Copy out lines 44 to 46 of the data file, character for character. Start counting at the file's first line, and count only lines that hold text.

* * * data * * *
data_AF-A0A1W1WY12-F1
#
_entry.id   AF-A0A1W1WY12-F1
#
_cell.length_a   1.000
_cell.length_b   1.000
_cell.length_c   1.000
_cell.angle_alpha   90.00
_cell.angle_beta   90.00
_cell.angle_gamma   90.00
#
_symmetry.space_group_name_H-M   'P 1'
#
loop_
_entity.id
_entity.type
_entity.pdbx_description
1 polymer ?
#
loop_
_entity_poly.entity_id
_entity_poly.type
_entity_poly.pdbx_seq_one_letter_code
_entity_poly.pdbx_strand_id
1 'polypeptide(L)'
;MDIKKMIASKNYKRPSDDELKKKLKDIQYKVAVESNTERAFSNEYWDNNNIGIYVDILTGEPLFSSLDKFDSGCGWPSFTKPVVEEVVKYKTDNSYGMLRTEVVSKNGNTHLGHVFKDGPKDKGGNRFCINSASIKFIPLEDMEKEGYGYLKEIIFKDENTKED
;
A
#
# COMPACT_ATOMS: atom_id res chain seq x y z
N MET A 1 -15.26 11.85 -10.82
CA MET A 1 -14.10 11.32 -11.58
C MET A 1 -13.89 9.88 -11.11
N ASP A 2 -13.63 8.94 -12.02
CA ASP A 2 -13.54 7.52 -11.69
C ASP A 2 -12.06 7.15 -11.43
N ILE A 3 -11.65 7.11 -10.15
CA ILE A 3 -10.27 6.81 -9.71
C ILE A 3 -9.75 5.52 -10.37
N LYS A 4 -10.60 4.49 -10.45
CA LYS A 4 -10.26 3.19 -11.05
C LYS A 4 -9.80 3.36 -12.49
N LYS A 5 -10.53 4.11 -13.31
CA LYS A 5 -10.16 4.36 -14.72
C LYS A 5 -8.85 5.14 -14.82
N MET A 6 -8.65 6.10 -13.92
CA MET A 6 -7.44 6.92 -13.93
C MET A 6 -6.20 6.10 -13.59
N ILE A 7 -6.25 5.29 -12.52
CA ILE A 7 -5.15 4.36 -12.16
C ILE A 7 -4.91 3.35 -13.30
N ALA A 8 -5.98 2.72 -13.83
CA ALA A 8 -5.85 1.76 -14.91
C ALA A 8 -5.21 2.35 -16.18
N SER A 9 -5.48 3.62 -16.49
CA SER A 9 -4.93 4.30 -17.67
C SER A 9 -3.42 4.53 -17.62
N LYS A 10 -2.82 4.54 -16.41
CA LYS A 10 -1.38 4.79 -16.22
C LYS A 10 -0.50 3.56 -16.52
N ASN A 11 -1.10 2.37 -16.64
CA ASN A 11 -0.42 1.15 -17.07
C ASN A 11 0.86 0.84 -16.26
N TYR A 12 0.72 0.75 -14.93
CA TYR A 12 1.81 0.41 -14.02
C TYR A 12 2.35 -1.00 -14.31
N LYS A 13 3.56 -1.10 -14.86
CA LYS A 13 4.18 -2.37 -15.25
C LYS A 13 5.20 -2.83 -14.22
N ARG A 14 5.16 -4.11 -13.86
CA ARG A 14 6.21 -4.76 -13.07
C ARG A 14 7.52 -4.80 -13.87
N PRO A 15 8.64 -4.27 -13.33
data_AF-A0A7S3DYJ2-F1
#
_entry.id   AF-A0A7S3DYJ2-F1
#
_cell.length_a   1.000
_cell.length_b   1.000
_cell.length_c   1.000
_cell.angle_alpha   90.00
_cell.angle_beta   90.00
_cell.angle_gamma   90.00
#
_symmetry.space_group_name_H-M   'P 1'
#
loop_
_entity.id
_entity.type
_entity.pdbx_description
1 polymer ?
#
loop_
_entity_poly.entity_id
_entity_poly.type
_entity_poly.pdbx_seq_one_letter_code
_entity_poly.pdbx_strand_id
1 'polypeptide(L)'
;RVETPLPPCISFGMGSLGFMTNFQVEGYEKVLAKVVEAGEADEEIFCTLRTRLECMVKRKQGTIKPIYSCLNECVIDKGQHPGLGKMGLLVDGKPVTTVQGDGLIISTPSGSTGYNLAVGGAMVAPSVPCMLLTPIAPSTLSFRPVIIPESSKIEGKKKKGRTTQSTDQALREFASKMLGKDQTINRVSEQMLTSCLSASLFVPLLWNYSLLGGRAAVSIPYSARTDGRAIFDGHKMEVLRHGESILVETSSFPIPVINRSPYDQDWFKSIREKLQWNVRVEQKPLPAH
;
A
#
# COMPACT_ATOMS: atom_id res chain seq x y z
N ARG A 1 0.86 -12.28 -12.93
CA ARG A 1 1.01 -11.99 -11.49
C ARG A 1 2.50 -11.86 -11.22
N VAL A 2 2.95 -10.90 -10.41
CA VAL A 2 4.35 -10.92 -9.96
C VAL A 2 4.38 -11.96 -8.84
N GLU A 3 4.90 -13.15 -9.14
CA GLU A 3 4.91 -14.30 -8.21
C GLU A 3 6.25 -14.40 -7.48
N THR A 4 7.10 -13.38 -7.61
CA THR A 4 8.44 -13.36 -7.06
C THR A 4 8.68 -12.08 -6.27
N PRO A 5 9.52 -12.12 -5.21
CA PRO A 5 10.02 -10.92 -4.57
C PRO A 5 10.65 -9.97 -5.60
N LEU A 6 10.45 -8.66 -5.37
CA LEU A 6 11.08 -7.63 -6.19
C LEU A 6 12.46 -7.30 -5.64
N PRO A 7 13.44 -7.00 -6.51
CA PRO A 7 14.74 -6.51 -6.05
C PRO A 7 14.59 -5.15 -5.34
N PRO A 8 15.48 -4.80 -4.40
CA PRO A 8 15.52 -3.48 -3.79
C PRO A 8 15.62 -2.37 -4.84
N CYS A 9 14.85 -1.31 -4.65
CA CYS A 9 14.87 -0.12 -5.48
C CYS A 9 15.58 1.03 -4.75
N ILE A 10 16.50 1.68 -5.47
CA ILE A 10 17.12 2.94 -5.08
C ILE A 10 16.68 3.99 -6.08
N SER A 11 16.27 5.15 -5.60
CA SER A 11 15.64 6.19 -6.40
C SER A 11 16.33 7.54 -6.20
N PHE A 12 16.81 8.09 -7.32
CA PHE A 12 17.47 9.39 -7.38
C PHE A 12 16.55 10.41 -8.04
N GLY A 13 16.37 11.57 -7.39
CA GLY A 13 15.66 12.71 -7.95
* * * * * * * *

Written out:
CA LYS A 5 -10.16 4.36 -14.72
C LYS A 5 -8.85 5.14 -14.82
N MET A 6 -8.65 6.10 -13.92